Milan kicked off its first Digital Fashion Week on Tuesday with two live runway shows on the schedule, including from heavyweights Dolce & Gabbana, to send out a message of “positivity.”
Running through Friday, this “phygital” fashion week – featuring both physical and digital shows – presented the Men’s Spring/Summer 2021 collections, as well as men’s and women’s pre-collections, with about 40 brands answering the call.
This is the third such show after London and Paris and Italy’s first fashion week since the coronavirus crisis.
Dolce and Gabbana (D&G), the luxury Italian fashion house, Wednesday became one of the first to hold a ‘physical fashion week’ in today’s turbulent Covid-19 times.
Etro, an older Italian retail brand, beat D&G by a day to be the first-ever fashion brand to hold a physical fashion show, at the ongoing Milan Fashion Week.
For the first physical fashion show in Milan since the coronavirus outbreak in February, Etro opted for the garden of the Four Seasons Hotel in the heart of the city’s Golden Triangle luxury shopping district. Veronica and Kean Etro, creative directors of the women’s and men’s lines respectively, wanted an informal gathering celebrating the simple pleasure of being together again.
To the tune of some of Ennio Morricone’s most famous and touching compositions, performed live by the Ensemble Testori Orchestra, a diverse cast of male and female models negotiated a sunken gravel path wearing the brand’s men’s spring and women’s resort 2021 collections.
In keeping with the overall spirit of the season, the Etro siblings developed a quotidian wardrobe of real, wearable clothes. While they usually travel with the mind to exotic destinations to find the inspiration, this time the designers focused more on the journey rather than the final destination, reflecting on what is really desirable and relevant for them and their audience.
Their creative exploration surely started from the brand’s textile archives, where they not only found the inspiration to design new variations of the label’s signature Madras checks, colorful stripes and paisley motifs, but also to source vintage cloths which were mixed and matched to create charming patchworks on jackets and denim pants.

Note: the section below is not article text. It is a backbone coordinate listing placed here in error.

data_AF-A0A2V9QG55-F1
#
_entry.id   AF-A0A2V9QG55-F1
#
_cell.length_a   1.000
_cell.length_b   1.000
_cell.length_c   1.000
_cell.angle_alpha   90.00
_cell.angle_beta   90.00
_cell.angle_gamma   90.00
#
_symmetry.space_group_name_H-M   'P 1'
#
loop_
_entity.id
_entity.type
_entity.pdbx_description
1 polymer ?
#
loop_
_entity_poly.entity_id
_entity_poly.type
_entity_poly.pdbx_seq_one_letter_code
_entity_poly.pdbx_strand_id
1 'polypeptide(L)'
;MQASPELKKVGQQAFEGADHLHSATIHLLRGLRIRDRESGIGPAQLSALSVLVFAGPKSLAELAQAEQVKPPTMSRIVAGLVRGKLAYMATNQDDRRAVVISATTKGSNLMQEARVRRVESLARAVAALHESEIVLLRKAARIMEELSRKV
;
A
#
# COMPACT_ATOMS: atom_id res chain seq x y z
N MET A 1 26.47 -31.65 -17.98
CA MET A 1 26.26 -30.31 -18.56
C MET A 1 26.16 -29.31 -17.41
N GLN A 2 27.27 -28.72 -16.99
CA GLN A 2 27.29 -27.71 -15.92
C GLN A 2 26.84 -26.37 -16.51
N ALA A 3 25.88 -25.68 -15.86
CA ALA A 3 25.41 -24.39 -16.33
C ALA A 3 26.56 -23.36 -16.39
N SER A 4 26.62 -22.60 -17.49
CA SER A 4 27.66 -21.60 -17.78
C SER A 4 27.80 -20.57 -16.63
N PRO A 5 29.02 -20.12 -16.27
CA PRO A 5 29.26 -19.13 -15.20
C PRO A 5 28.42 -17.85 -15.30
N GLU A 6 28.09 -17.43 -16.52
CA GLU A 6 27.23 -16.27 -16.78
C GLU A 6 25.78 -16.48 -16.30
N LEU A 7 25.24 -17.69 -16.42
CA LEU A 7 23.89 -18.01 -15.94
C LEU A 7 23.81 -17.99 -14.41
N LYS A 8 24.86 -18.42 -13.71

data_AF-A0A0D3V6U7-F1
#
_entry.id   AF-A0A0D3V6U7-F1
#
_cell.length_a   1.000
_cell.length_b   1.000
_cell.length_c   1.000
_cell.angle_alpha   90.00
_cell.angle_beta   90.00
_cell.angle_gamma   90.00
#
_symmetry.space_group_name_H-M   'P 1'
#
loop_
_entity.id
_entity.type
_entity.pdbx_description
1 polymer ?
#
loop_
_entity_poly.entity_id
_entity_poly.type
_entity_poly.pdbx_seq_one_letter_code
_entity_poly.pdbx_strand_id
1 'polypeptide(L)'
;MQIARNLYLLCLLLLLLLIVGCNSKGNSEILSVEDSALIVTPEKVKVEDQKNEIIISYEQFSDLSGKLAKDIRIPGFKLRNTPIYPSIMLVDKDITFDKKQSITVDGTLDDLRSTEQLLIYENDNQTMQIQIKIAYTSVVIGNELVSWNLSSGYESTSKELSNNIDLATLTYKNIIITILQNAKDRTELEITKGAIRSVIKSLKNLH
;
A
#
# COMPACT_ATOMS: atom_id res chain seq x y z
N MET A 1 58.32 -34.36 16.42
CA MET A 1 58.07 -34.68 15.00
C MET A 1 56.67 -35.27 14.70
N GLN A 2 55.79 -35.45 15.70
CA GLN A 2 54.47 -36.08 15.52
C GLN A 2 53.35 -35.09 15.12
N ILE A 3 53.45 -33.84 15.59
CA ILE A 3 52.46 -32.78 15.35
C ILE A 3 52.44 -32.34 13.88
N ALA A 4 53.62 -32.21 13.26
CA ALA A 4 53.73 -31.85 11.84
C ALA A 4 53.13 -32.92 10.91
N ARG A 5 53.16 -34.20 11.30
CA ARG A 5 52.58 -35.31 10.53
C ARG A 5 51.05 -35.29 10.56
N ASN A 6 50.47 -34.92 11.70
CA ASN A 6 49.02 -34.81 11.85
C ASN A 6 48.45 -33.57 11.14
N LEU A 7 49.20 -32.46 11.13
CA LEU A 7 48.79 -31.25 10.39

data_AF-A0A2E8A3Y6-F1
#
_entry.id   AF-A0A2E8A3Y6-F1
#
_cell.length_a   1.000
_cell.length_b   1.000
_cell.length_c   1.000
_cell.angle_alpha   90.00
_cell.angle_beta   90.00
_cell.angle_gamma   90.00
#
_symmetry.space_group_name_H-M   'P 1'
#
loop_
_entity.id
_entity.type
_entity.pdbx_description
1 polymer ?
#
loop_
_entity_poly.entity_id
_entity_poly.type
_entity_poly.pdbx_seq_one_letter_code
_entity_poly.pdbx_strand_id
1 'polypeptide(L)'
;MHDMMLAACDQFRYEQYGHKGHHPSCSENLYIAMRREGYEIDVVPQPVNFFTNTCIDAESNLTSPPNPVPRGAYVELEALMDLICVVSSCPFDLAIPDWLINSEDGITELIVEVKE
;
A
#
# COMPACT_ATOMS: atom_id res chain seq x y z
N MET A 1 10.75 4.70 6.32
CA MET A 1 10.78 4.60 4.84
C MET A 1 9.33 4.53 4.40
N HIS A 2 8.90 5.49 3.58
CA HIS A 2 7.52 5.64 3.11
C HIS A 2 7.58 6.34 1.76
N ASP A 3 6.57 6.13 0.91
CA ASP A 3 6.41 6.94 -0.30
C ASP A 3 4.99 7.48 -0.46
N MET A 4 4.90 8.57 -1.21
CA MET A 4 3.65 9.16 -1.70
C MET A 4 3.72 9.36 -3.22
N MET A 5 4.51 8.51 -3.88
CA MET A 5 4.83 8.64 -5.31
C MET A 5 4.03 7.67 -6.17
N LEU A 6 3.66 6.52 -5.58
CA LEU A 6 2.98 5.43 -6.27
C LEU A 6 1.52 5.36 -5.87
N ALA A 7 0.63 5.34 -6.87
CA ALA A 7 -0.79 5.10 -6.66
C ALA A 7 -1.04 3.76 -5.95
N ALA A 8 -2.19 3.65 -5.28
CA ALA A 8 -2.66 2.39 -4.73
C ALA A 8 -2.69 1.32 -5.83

The collection featured a compilation of Etro’s essentials, spanning from deconstructed men’s suits and intarsia shirts to fluid, breezy maxidresses worn with suede outerwear or sartorial blazers. A new camouflage motif incorporated tropical flowers and wild animals, while the tonal looks with crewnecks in vibrant tangerine and green matched with coordinated pants echoed a very Milanese, timeless and effortless way of dressing.
The selection of accessories, including paisley duffle bags and maxi foldable styles to pack in a suitcase, also evoked the world of travel and the nomadic, globetrotting spirit of the Etro fashion house.
DOLCE & GABBANA
Fashion weeks are usually defined by glitzy street style photos, excessive Instagram posting from stylish influencers, and extravagant in-person runway shows. But not during a global pandemic. The traditional fashion show and seasonal model have been in the midst of a transformation for years. As this month’s fashion week went digital, we’ve seen unbridled creativity from Louis Vuitton, Prada, Loewe, JW Anderson, Dior, and countless others. However, leave it to Dolce & Gabbana to zig when others zag, and instead opt for a socially distanced, but still physical, presentation.
It comes as no surprise that the Italian luxury fashion house chose to march to the beat of its own drummer. Domenico Dolce and Stefano Gabbana have never shied away from doing and saying as they please, no matter the consequences. This isn’t to say that the Dolce show flew in the face of the moment, though. Instead of holding the show at their long-standing venue, the Metropole theater, Dolce & Gabbana opted for a new location: the outdoor garden campus of Humanitas University. (Guests were asked to physically distance and wear face masks, too.) The connection to this new spot? Dolce & Gabbana has been funding medical scholarships since last year, and has donated further to the university’s study of the coronavirus.
The collection that was sent down the runway was inspired by the Gio Ponti-designed Parco dei Principi Hotel, which sits on the Italian coastline. That meant clothes in shades of blue and white (a nod to how the beaming building meets the sea) with no shortage of loud prints or eye-catching silhouettes—mellower gear for a work-from-home world, but not without some typical D&G opulence.
– Rutuja Shinde